Monkey see, monkey not do?

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The Five Senses (Still-Life with Chessboard), 1630, oil on wood, Musée du Louvre, Paris

A couple of articles in the New York Times have me worried about how we are engaging – or more to the point not engaging – with our culture.

Wandering from room to room:

Michael Kimmelman observes that museum-goers are stopping less and less to really look at the art, rarely pausing for more than a second or two. Instead of visiting museums in order to become more cultured or more worldly, people seem to be breezing through in order to check the “Mona Lisa” or “Winged Victory” off their “To Do” list. It’s a superficiality Kimmelman blames in part on the camera:

Cameras replaced sketching by the last century; convenience trumped engagement, the viewfinder afforded emotional distance and many people no longer felt the same urgency to look. It became possible to imagine that because a reproduction of an image was safely squirreled away in a camera or cell phone, or because it was eternally available on the Web, dawdling before an original was a waste of time, especially with so much ground to cover.

I’d add to that argument that museums are also complicit in this new “culture of convenience.” Our own Minneapolis Institute of Arts has touted the ease of its audio tours with “quick stops,” requiring you to spend no more than thirty seconds in front of any given painting or sculpture. Of course, in today’s world, 30 seconds is starting to look like a significant commitment.

Let them eat Jiffy Cake

In the New York Times Sunday magazine, Michael Pollan takes on the towering network of food shows, and how they’ve created a generation of gourmet couch potatoes. Thanks to Julia Child and those who have followed her, more people than ever know the difference between saute, grill and broil. But according to Pollan few actually choose to do any of these things in preparing their own meals. He writes:

Today the average American spends a mere 27 minutes a day on food preparation (another four minutes cleaning up); that’s less than half the time that we spent cooking and cleaning up when Julia arrived on our television screens. It’s also less than half the time it takes to watch a single episode of “Top Chef” or “Chopped” or “The Next Food Network Star.” What this suggests is that a great many Americans are spending considerably more time watching images of cooking on television than they are cooking themselves — an increasingly archaic activity they will tell you they no longer have the time for.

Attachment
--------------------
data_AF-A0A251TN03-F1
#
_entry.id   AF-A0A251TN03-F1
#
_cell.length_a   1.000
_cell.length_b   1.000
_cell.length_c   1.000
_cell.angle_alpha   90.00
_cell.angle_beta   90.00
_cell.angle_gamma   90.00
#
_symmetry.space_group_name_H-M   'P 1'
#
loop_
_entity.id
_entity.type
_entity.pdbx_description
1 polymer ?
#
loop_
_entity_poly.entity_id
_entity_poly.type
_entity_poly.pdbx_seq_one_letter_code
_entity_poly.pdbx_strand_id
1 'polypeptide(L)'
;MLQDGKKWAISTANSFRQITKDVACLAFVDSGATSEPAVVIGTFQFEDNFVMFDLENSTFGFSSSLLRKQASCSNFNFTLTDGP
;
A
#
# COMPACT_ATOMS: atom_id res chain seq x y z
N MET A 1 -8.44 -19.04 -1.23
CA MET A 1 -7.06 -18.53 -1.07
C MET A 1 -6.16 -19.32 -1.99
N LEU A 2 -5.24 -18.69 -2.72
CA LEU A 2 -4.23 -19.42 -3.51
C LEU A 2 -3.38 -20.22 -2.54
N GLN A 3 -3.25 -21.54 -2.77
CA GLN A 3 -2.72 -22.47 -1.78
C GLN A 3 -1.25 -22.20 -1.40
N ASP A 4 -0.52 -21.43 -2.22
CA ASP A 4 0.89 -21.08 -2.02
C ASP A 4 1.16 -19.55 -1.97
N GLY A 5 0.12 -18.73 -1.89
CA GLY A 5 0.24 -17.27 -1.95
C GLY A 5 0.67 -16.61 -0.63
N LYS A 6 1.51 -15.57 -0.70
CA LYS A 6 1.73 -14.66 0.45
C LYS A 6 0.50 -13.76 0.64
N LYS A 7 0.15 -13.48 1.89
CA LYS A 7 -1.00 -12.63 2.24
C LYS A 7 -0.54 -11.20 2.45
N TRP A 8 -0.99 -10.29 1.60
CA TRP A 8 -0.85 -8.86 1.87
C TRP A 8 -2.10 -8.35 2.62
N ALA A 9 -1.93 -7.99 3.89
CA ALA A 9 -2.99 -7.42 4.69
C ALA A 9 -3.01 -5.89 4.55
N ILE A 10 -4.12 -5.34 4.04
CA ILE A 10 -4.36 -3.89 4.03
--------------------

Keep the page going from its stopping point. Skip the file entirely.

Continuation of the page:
Pollan argues that Julia Child loved to cook, and her love of the work involved was obvious and infectious. In comparison, modern cooking shows are her evil step-children:

These shows stress quick results, shortcuts and superconvenience but never the sort of pleasure — physical and mental — that Julia Child took in the work of cooking: the tomahawking of a fish skeleton or the chopping of an onion, the Rolfing of butter into the breast of a raw chicken or the vigorous whisking of heavy cream. By the end of the potato show, Julia was out of breath and had broken a sweat, which she mopped from her brow with a paper towel. (Have you ever seen Martha Stewart break a sweat? Pant? If so, you know her a lot better than the rest of us.)

Of course, we can rationalize these trends. We live in a fast-paced world, we lead busy lives, and we need our culture – whether it’s on the wall or on the table – quick and easy. But what are we losing in the process? At the minimum, it appears as though we’re being less self-aware. I’d also argue we’re losing sight of the simplest – and sometimes most profound – pleasures of the senses.

Here’s a thought – the next time you’re at a museum, pick a work of art and spend 5 minutes with it. That’s not much to ask, is it? Look at it from different angles, watch how others engage with it, and maybe even break out a sketchbook and try to capture what you see on paper.

On another day, take on a meal as a creative project. Make sure it takes at least 30 minutes to prepare (take that, Rachel Ray!). Make EVERYTHING from scratch. Take a few deep breaths before you start to eat. Linger over the the presentation, the smells, the colors, and of course, the taste. Oh, and leave the television off.

Notice anything?

  • http://www.mpgd.blogspot.com Samuel Boyd

    I could not agree more. I have become a “Pollanist” over the last few months due to his writings and books and how much sense it makes. My family is now making nearly all meals (that are eaten at home at least) from scratch. The psychosematic results of cooking and preparing your own grub actually seems to make the food more tasty and more appreciated.

    This was a great article that has a wonderful suggestion. I cannot wait to do that at a museum sometime.